The passage of the Affordable Care Act (ACA) has partly led to a huge slowdown in U.S. healthcare spending, according to a new report by the Robert Wood Johnson Foundation and the Urban Institute.
The study concluded that the U.S. could spend $2.6 trillion less on healthcare services for much of this decade than originally projected prior to the passage of the ACA.
“There are many potential drivers of the recent slowdown in spending growth rates, and no one can be sure how MACRA may impact spending going forward,” said Kathy Hempstead of the Robert Wood Johnson Foundation in a statement emailed to FierceHealthFinance. “If this healthcare spending growth slowdown continues, spending will be trillions less before the end of the decade."
Recent snapshots suggest that healthcare spending is continuing to maintain a slow pace. Data from the Altarum Institute concluded that spending had moderated during the first quarter of 2016 compared to a year before.
But the ACA is not entirely the source for the slowdown. “A critical factor in the reduced spending projections...was the historic slowdown in health spending growth that began in 2008,” the report said, which was attributed to the Great Recession. The report noted that the annual spending increase averaged 3.6 percent from 2010 to 2013, down from the 5.4 percent that originally had been forecast.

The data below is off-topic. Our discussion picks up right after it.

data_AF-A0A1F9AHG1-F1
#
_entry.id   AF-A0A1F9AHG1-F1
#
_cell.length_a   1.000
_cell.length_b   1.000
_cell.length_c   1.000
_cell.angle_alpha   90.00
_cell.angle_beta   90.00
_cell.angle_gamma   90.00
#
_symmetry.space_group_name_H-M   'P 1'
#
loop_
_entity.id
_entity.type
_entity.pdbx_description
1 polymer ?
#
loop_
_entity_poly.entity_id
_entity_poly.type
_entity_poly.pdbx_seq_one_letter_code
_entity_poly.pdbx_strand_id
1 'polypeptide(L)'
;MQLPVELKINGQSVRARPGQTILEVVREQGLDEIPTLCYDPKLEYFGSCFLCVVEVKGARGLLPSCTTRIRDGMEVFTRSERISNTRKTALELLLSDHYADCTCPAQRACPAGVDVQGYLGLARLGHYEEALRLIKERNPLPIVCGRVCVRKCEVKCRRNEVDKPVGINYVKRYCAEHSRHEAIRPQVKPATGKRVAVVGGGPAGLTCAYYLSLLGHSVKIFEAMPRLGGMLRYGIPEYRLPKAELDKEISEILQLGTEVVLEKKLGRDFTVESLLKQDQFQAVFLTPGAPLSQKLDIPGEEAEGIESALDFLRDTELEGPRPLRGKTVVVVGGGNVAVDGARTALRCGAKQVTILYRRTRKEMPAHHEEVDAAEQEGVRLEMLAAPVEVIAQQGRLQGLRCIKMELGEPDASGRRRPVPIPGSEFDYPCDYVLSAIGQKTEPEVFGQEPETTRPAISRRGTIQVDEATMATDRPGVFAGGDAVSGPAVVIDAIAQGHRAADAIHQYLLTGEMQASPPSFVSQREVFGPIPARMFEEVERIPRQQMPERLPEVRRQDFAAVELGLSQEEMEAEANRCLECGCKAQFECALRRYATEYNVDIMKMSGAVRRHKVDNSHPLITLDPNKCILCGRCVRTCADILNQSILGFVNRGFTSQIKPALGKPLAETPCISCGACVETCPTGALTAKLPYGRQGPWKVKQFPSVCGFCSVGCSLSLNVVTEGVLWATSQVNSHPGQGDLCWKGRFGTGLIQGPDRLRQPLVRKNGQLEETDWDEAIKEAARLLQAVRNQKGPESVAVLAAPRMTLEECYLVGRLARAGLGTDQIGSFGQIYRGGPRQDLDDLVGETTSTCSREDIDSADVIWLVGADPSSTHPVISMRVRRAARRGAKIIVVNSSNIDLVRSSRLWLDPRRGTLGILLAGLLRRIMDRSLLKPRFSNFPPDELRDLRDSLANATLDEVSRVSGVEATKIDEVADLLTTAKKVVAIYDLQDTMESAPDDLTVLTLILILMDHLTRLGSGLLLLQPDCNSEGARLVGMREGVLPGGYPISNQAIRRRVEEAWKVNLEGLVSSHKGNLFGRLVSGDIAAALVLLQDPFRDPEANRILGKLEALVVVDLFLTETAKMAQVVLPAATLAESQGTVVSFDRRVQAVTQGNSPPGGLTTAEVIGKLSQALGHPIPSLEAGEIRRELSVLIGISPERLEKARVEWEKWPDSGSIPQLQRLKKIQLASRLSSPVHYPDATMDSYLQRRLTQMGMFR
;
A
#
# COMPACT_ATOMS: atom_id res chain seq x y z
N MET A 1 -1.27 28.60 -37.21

Medicaid spending increase projections between 2014 and 2019 are now 23 percent lower than originally estimated; and Medicare is 9.6 percent lower, according to the report. The Medicaid drop is partly attributed to the decision of some states not to expand eligibility, according to the report.
Although the decision not to expand Medicaid in some states has had a positive impact on national healthcare expenditures, it has created severe financial duress in Mississippi and other non-expansion states.
- read the report (.pdf)